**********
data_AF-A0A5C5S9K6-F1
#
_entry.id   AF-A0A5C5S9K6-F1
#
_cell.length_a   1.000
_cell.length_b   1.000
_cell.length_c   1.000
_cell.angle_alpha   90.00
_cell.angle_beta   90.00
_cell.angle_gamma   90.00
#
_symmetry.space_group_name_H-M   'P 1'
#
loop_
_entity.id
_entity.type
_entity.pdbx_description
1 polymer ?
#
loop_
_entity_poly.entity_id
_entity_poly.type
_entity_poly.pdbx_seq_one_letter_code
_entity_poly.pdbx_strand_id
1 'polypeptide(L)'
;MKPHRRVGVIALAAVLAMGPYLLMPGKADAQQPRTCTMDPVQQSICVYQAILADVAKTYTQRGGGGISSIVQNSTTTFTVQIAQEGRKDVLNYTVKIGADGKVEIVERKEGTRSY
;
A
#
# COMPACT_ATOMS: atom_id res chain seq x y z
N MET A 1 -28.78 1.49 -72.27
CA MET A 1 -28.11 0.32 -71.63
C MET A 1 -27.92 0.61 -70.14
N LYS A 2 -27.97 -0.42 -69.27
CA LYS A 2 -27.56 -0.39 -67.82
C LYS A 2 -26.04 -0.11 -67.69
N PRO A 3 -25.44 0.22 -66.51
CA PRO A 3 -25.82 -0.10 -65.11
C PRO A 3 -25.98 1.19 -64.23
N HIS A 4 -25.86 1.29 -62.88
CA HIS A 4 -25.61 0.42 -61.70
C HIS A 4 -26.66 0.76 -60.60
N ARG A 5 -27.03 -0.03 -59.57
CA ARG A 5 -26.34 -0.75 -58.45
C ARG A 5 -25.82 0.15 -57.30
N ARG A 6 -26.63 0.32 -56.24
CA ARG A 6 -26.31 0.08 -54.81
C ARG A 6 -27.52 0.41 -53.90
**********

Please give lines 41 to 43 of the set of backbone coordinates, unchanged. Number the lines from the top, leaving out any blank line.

CA HIS A 4 -25.61 0.42 -61.70
C HIS A 4 -26.66 0.76 -60.60
N ARG A 5 -27.03 -0.03 -59.57